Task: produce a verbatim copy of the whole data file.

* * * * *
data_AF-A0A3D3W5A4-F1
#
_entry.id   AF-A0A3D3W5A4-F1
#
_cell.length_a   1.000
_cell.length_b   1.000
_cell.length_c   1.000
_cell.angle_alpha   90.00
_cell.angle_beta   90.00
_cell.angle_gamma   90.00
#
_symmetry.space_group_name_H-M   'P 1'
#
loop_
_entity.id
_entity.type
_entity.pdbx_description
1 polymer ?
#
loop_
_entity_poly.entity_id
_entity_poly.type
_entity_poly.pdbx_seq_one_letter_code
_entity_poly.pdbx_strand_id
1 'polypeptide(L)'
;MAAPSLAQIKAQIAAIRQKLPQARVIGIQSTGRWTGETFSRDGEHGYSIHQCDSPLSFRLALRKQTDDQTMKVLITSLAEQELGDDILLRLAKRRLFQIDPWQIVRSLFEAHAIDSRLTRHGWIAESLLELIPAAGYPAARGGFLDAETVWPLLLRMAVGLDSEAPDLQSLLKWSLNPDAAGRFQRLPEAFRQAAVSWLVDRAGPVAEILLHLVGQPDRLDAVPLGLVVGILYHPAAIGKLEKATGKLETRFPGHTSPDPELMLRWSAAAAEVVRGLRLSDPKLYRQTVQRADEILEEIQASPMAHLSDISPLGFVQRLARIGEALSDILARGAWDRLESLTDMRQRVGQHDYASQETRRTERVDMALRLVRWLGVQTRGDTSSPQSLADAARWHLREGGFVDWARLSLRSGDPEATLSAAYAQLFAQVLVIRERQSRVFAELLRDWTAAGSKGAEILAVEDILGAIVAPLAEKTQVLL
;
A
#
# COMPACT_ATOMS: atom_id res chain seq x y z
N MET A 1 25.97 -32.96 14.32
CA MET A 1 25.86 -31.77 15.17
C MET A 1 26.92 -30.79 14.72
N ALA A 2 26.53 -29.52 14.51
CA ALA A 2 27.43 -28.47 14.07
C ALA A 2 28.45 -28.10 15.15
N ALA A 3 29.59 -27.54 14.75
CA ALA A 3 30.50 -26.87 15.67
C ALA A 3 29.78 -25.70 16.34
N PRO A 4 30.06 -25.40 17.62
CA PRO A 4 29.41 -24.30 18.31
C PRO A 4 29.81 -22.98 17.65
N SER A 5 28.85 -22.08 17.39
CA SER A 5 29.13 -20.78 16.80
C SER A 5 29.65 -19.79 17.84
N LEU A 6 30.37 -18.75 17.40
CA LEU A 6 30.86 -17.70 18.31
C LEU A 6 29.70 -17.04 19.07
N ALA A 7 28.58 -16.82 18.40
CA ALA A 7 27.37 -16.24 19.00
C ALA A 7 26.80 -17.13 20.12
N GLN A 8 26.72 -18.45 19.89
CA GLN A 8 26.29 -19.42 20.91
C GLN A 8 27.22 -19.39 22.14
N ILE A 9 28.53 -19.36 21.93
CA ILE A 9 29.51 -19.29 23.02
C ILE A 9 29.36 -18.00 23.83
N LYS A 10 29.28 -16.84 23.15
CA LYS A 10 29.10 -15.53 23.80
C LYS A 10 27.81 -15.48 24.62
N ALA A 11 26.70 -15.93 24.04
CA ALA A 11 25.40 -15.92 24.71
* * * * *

data_AF-A0A3D3W5A4-F1
#
_entry.id   AF-A0A3D3W5A4-F1
#
_cell.length_a   1.000
_cell.length_b   1.000
_cell.length_c   1.000
_cell.angle_alpha   90.00
_cell.angle_beta   90.00
_cell.angle_gamma   90.00
#
_symmetry.space_group_name_H-M   'P 1'
#
loop_
_entity.id
_entity.type
_entity.pdbx_description
1 polymer ?
#
loop_
_entity_poly.entity_id
_entity_poly.type
_entity_poly.pdbx_seq_one_letter_code
_entity_poly.pdbx_strand_id
1 'polypeptide(L)'
;MAAPSLAQIKAQIAAIRQKLPQARVIGIQSTGRWTGETFSRDGEHGYSIHQCDSPLSFRLALRKQTDDQTMKVLITSLAEQELGDDILLRLAKRRLFQIDPWQIVRSLFEAHAIDSRLTRHGWIAESLLELIPAAGYPAARGGFLDAETVWPLLLRMAVGLDSEAPDLQSLLKWSLNPDAAGRFQRLPEAFRQAAVSWLVDRAGPVAEILLHLVGQPDRLDAVPLGLVVGILYHPAAIGKLEKATGKLETRFPGHTSPDPELMLRWSAAAAEVVRGLRLSDPKLYRQTVQRADEILEEIQASPMAHLSDISPLGFVQRLARIGEALSDILARGAWDRLESLTDMRQRVGQHDYASQETRRTERVDMALRLVRWLGVQTRGDTSSPQSLADAARWHLREGGFVDWARLSLRSGDPEATLSAAYAQLFAQVLVIRERQSRVFAELLRDWTAAGSKGAEILAVEDILGAIVAPLAEKTQVLL
;
A
#
# COMPACT_ATOMS: atom_id res chain seq x y z
N MET A 1 25.97 -32.96 14.32
CA MET A 1 25.86 -31.77 15.17
C MET A 1 26.92 -30.79 14.72
N ALA A 2 26.53 -29.52 14.51
CA ALA A 2 27.43 -28.47 14.07
C ALA A 2 28.45 -28.10 15.15
N ALA A 3 29.59 -27.54 14.75
CA ALA A 3 30.50 -26.87 15.67
C ALA A 3 29.78 -25.70 16.34
N PRO A 4 30.06 -25.40 17.62
CA PRO A 4 29.41 -24.30 18.31
C PRO A 4 29.81 -22.98 17.65
N SER A 5 28.85 -22.08 17.39
CA SER A 5 29.13 -20.78 16.80
C SER A 5 29.65 -19.79 17.84
N LEU A 6 30.37 -18.75 17.40
CA LEU A 6 30.86 -17.70 18.31
C LEU A 6 29.70 -17.04 19.07
N ALA A 7 28.58 -16.82 18.40
CA ALA A 7 27.37 -16.24 19.00
C ALA A 7 26.80 -17.13 20.12
N GLN A 8 26.72 -18.45 19.89
CA GLN A 8 26.29 -19.42 20.91
C GLN A 8 27.22 -19.39 22.14
N ILE A 9 28.53 -19.36 21.93
CA ILE A 9 29.51 -19.29 23.02
C ILE A 9 29.36 -18.00 23.83
N LYS A 10 29.28 -16.84 23.15
CA LYS A 10 29.10 -15.53 23.80
C LYS A 10 27.81 -15.48 24.62
N ALA A 11 26.70 -15.93 24.04
CA ALA A 11 25.40 -15.92 24.71